Bihar 2010: Hard times for Nitish

The elections will be a triangular contest between ruling combine JD (U)-BJP, RJD-LJP and Congress

Bihar 2010: Hard times for Nitish

The battle-lines are now clearly drawn for the Bihar Assembly elections. The ensuing poll assumes all the more significance because in the present calendar year, this is the only State where elections are being held. All eyes will be riveted on the JD (U) strongman Nitish Kumar, who has been credited with taking Bihar out of the morass, and putting it back on the development track.

Poll analysts will be equally eager to watch Lalu, who, so far, has been berated for non-development in Bihar, but has assured that if returned to power, he would write a turnaround story of Bihar in a similar way as he did as the Union Railway Minister. 

The six-phase elections, slated from October 21 to November 20, will also be a litmus test for Nitish and may herald a new chapter in Bihar if the poll is contested on the development plank. Otherwise, the State is infamous for elections being held on caste lines followed by caste carnage.

But in the last few years, things have changed for the better. Nobody wants any bloodshed any more. The massacre unleashed by upper castes, or the killings by Dalits have now become a thing of the past. No riots, no carnage, or no major bloodshed were witnessed in the last five years.

The clearest evidence was provided recently when the Ayodhya verdict saw a lukewarm response from all the quarters. The indifferent response of Hindus as well as Muslims show they have moved much ahead from what had happened in 1989, when the country witnessed one of the worst communal riots in Bhagalpur during peak Ram Mandir agitation.

Make-or-break poll
The elections for 243 seats will be a make-or-break poll for Lalu, who has been pushed to the margins in his home State. After failing to stitch a grand alliance with the Congress, Lalu preferred the next best option. He tied up with his foe-turned-friend Ram Vilas Paswan, and, in a tactical pact, conceded 75 seats to the LJP, while retaining the remaining 168 for his party to contest. It is believed that most of the seats given to LJP are the rejected constituencies of RJD (where Lalu’s men can never win). But then, Paswan, who himself lost the Lok Sabha polls last year, knows very well that beggars cannot be choosers.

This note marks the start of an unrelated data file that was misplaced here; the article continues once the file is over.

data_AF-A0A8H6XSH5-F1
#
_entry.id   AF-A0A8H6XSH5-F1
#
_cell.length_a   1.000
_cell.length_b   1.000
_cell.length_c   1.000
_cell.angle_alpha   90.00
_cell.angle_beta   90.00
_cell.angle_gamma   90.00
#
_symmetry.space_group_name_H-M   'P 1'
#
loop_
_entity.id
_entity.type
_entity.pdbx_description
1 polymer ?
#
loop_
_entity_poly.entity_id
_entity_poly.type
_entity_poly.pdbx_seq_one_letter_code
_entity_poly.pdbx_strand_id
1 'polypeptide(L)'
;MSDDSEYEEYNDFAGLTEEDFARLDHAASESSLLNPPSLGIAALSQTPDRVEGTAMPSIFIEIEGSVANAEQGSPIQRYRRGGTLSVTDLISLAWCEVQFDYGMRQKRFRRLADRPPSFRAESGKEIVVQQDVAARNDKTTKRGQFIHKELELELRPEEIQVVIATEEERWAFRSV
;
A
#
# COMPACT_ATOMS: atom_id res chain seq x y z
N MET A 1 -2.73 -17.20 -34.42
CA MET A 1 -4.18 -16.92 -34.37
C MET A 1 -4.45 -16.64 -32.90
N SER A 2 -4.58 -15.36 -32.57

The biggest worry for Lalu, as of now, is the three-way split of minority votes. Had the Congress, RJD and the LJP entered into a grand alliance, the minorities would have voted the group to power, as it had happened during 2004 Lok Sabha polls. But this Assembly election, a large chunk of minorities are likely to vote for Congress, given the fact that its State leadership is headed by a young Muslim leader Mehboob Ali Kaiser, handpicked by Rahul Gandhi.

Besides, those Muslims who still swear by Lalu will show their inclination towards the RJD-LJP combine. But a third section of Muslims, who abhor the BJP, but has a strong liking for Nitish, will root for the JD (U) nominees.

Interestingly, Rabri is contesting from two constituencies - Raghopur and Sonepur. Her rivals aver that Rabri’s dual contest is an indication that Lalu has conceded defeat even before the battle has begun. But RJD sources say that in case Lalu comes to power and becomes the chief minister, he would like to enter the Assembly from one of the two constituencies. 

Another significant issue is the trend of upper caste voters. While the forwards and backwards jointly voted for JD (U) in 2005 elections, it will not be a cakewalk for Nitish this time. Upset over being marginalised after being voted to power, the upper castes have decided to throw their weight behind Congress, and teach Nitish a lesson.

Lalu’s advantage is that his MY (Muslim-Yadav) combination, to a large extent, is still intact. And as he himself admitted recently, “I lost 2005 polls because the Yadav fraternity became a bit lax. That’s why my candidates lost with a slender margin. But this time MY will bless me (MY in Bhojpuri means mother) as Yadavs have decided to vote for me in a consolidated form.”

‘Proud Bihari’
Nitish, however, remains unfazed. He says he has worked for everyone, irrespective of caste, creed and religion. “I have worked tirelessly for you in the last five years… given you an identity. Now you can proclaim you are a Bihari and not feel ashamed, like in the earlier days. You can travel with your family anywhere, anytime in Bihar. Criminals have been sent behind bars. Kidnapping industry has been shutdown. Now, it’s time for my remuneration. Give me another five years to take Bihar to new heights,” Nitish urged while opening his election campaign.

It is believed that his own castemen - Kurmis, besides Koeris, Other Backwards Castes (OBCs), Extremely Backward Class (EBCs) and a section of Dalits will root for Nitish. Add to this the BJP traditional vote base of Brahmins, Vaishyas and Kayasthas, who together constitute 10 per cent votes. The combination is lethal on paper.

Third angle
But the Congress could play spoilsport. Already on ascendance, Congress is the third angle in this triangular contest. With just nine MLAs (in the outgoing Assembly) to boast of, the Congress has already touched its rock bottom, and has nothing to lose.
Contesting all 243 seats, if it manages to even double its tally, the party could assert that it has electorally grown 100 per cent. And if in case it bags at least 35 seats, nobody can stop it from becoming a kingmaker, if not the king.


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